For a large SUV it's surprisingly agile and easy to drive with the manual gearbox, though a CVT automatic is also available (from €36,700). It's very comfortable, even on large wheels. The engine is refined and there is plenty of power from the 156 hp unit. It is very pleasant to drive. Nissan says the manual gearbox has been enhanced for a quicker, more direct and sportier shift feeling, and I can say it certainly felt good from behind the wheel.

This is the only engine option for now. Some buyers might lament the demise of the diesel Qashqai. Certainly my average fuel consumption over a week of driving of 6.8 litres per 100 km cannot rival diesel for efficiency over long distances at least. But the arrival of a new Qashqai 'e-POWER' hybrid in early 2022 will be one to watch, using the petrol engine to generate electricity, while the wheels are completely driven by the electric motor.

The Qashqai is a stylish and practical family car
The Qashqai is a stylish and practical family car

Did you like it?

The Qashqai has been an amazing success in Ireland since it launched here, with over 50,000 already on the road and a further 20,000-30,000 estimated to have been imported here in the car’s 14 year history.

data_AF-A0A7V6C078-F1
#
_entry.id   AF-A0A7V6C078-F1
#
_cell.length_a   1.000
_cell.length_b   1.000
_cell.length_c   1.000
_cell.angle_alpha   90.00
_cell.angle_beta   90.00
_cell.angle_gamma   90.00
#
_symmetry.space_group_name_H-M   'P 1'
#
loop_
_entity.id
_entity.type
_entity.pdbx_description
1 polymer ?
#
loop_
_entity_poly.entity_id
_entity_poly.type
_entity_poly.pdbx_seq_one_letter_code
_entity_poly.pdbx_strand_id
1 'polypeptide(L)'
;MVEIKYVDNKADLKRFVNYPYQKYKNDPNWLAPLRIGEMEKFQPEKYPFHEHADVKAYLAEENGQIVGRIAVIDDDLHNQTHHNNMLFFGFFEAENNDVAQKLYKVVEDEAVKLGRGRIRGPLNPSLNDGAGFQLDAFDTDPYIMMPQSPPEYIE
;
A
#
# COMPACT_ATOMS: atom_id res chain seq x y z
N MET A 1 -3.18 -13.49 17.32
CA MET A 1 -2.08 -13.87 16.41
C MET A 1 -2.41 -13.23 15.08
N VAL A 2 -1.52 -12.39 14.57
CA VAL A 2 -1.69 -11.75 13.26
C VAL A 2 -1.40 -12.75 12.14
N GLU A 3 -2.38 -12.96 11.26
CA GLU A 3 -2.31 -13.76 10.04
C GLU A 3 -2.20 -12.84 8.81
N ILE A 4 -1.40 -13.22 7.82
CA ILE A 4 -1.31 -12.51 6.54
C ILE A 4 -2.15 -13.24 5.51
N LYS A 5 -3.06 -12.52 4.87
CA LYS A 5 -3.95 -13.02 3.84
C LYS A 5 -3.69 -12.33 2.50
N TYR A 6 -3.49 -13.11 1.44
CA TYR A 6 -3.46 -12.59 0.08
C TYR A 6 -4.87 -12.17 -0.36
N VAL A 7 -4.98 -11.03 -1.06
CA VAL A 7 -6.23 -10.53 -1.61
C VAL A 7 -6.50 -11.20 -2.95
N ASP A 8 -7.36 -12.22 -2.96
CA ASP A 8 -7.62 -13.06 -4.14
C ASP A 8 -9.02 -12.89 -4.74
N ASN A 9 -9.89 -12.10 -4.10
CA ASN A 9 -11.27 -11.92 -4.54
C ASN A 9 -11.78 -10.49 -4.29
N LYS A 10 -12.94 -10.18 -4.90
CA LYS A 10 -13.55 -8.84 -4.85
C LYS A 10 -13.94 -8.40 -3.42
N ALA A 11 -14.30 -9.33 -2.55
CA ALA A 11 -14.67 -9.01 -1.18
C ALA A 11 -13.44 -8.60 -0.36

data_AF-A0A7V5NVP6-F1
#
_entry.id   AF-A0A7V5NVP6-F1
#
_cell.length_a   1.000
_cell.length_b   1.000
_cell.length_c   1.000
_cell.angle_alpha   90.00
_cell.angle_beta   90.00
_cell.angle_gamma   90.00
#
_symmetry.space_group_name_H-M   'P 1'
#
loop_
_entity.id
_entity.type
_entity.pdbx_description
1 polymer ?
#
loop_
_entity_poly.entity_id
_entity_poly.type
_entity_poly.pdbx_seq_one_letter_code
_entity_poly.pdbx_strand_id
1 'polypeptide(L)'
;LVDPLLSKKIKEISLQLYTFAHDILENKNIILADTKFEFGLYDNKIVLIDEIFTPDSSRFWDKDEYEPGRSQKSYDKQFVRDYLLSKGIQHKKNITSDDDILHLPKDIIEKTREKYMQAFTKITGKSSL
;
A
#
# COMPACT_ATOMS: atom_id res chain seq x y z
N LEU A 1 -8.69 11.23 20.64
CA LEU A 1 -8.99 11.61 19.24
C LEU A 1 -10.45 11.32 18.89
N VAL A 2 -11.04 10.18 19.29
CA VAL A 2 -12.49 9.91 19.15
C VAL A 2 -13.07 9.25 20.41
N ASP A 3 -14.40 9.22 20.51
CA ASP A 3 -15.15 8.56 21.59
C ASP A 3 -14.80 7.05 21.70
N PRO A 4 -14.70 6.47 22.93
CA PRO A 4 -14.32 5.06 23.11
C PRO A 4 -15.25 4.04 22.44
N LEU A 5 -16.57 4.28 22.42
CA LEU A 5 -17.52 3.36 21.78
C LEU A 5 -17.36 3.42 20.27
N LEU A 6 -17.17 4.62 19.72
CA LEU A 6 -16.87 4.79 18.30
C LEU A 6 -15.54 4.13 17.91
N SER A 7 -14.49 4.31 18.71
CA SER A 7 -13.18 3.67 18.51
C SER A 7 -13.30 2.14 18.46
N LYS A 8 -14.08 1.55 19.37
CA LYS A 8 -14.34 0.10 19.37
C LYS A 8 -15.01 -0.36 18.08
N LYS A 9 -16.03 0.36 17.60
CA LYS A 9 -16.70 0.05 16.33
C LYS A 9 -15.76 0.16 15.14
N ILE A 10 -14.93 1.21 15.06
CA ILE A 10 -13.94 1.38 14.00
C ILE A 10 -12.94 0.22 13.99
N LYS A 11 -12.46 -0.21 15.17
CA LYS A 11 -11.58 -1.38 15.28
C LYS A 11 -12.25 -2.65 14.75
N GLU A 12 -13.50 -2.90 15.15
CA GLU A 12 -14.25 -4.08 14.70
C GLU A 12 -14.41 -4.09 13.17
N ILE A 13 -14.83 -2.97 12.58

Nissan has sold over 3 million units of the car in Europe since its launch 13 years ago. It's an incredibly important car for Nissan.

The new generation model has seriously grown up with the presence of a larger SUV on the road. At launch the engine range does look very narrow but the 1.3-litre petrol is fun to drive and refined, though the upcoming hybrid should be cheaper to run.

Space matters and the Qashqai has grown in all the right directions. This car is a stylish buy with a well-finished cabin to see it into the next few years. Nissan has upped the quality of this car considerably.

Competition is stiff in this segment but the Qashqai has serious reputation and recognition in the Irish market - it remains a solid and reliable buy in 2021.

The new Nissan Qashqai is available from €30,500
The new Nissan Qashqai is available from €30,500

Caroline Kidd

Model tested: Nissan Qashqai SV Premium
Price: 
€37,395
Engine:
1.3-litre turbo petrol
Power:  156 hp
Torque: 260 Nm
Top speed:  206 km/h